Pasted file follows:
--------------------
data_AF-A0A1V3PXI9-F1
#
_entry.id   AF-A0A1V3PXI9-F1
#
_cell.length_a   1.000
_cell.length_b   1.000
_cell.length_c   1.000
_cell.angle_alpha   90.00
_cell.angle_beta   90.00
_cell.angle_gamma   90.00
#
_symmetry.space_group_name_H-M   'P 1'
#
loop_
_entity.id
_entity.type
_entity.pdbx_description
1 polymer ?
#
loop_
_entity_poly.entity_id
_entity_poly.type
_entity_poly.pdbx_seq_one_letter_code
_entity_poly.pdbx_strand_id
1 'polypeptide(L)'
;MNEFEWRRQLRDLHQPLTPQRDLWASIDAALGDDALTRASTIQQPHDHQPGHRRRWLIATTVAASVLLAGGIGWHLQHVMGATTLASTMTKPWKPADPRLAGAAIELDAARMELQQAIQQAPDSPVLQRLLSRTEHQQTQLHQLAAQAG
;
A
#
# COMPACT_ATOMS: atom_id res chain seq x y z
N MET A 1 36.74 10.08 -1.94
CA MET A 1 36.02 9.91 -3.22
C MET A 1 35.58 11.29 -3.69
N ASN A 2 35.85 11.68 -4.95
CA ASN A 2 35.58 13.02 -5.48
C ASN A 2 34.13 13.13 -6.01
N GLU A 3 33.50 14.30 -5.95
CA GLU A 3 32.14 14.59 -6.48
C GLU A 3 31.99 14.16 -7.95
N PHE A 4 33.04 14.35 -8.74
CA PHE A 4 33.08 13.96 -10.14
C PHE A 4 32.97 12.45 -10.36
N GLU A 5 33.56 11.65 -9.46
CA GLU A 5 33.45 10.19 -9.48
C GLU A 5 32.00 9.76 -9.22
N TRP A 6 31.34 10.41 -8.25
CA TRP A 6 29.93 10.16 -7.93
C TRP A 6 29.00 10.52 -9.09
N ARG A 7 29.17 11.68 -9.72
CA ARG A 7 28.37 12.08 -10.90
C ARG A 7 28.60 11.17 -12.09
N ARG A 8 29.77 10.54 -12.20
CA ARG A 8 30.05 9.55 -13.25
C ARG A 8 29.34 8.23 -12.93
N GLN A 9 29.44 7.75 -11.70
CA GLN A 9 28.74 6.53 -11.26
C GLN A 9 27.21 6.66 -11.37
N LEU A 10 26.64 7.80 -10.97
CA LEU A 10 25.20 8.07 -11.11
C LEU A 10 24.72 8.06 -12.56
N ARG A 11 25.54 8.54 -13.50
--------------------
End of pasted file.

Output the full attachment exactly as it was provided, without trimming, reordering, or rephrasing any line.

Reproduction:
data_AF-A0A1V3PXI9-F1
#
_entry.id   AF-A0A1V3PXI9-F1
#
_cell.length_a   1.000
_cell.length_b   1.000
_cell.length_c   1.000
_cell.angle_alpha   90.00
_cell.angle_beta   90.00
_cell.angle_gamma   90.00
#
_symmetry.space_group_name_H-M   'P 1'
#
loop_
_entity.id
_entity.type
_entity.pdbx_description
1 polymer ?
#
loop_
_entity_poly.entity_id
_entity_poly.type
_entity_poly.pdbx_seq_one_letter_code
_entity_poly.pdbx_strand_id
1 'polypeptide(L)'
;MNEFEWRRQLRDLHQPLTPQRDLWASIDAALGDDALTRASTIQQPHDHQPGHRRRWLIATTVAASVLLAGGIGWHLQHVMGATTLASTMTKPWKPADPRLAGAAIELDAARMELQQAIQQAPDSPVLQRLLSRTEHQQTQLHQLAAQAG
;
A
#
# COMPACT_ATOMS: atom_id res chain seq x y z
N MET A 1 36.74 10.08 -1.94
CA MET A 1 36.02 9.91 -3.22
C MET A 1 35.58 11.29 -3.69
N ASN A 2 35.85 11.68 -4.95
CA ASN A 2 35.58 13.02 -5.48
C ASN A 2 34.13 13.13 -6.01
N GLU A 3 33.50 14.30 -5.95
CA GLU A 3 32.14 14.59 -6.48
C GLU A 3 31.99 14.16 -7.95
N PHE A 4 33.04 14.35 -8.74
CA PHE A 4 33.08 13.96 -10.14
C PHE A 4 32.97 12.45 -10.36
N GLU A 5 33.56 11.65 -9.46
CA GLU A 5 33.45 10.19 -9.48
C GLU A 5 32.00 9.76 -9.22
N TRP A 6 31.34 10.41 -8.25
CA TRP A 6 29.93 10.16 -7.93
C TRP A 6 29.00 10.52 -9.09
N ARG A 7 29.17 11.68 -9.72
CA ARG A 7 28.37 12.08 -10.90
C ARG A 7 28.60 11.17 -12.09
N ARG A 8 29.77 10.54 -12.20
CA ARG A 8 30.05 9.55 -13.25
C ARG A 8 29.34 8.23 -12.93
N GLN A 9 29.44 7.75 -11.70
CA GLN A 9 28.74 6.53 -11.26
C GLN A 9 27.21 6.66 -11.37
N LEU A 10 26.64 7.80 -10.97
CA LEU A 10 25.20 8.07 -11.11
C LEU A 10 24.72 8.06 -12.56
N ARG A 11 25.54 8.54 -13.50